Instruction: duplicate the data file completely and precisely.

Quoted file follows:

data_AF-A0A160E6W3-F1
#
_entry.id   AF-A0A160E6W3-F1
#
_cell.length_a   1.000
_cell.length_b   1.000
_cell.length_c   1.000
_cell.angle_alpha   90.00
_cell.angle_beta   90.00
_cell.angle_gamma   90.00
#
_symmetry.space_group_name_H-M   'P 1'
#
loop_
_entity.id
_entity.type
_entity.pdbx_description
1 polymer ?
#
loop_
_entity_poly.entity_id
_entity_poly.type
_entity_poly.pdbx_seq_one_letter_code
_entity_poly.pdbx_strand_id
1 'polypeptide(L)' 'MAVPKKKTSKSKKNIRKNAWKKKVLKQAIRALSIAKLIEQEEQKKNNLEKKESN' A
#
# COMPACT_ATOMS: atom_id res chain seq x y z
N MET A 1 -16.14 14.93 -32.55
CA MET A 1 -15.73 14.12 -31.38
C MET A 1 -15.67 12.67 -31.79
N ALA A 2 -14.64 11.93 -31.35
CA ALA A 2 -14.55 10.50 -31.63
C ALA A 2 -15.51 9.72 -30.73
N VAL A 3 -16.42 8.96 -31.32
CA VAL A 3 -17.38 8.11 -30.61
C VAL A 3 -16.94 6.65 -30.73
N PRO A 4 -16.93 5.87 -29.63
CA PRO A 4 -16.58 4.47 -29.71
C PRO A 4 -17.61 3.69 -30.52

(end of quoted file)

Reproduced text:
data_AF-A0A160E6W3-F1
#
_entry.id   AF-A0A160E6W3-F1
#
_cell.length_a   1.000
_cell.length_b   1.000
_cell.length_c   1.000
_cell.angle_alpha   90.00
_cell.angle_beta   90.00
_cell.angle_gamma   90.00
#
_symmetry.space_group_name_H-M   'P 1'
#
loop_
_entity.id
_entity.type
_entity.pdbx_description
1 polymer ?
#
loop_
_entity_poly.entity_id
_entity_poly.type
_entity_poly.pdbx_seq_one_letter_code
_entity_poly.pdbx_strand_id
1 'polypeptide(L)' 'MAVPKKKTSKSKKNIRKNAWKKKVLKQAIRALSIAKLIEQEEQKKNNLEKKESN' A
#
# COMPACT_ATOMS: atom_id res chain seq x y z
N MET A 1 -16.14 14.93 -32.55
CA MET A 1 -15.73 14.12 -31.38
C MET A 1 -15.67 12.67 -31.79
N ALA A 2 -14.64 11.93 -31.35
CA ALA A 2 -14.55 10.50 -31.63
C ALA A 2 -15.51 9.72 -30.73
N VAL A 3 -16.42 8.96 -31.32
CA VAL A 3 -17.38 8.11 -30.61
C VAL A 3 -16.94 6.65 -30.73
N PRO A 4 -16.93 5.87 -29.63
CA PRO A 4 -16.58 4.47 -29.71
C PRO A 4 -17.61 3.69 -30.52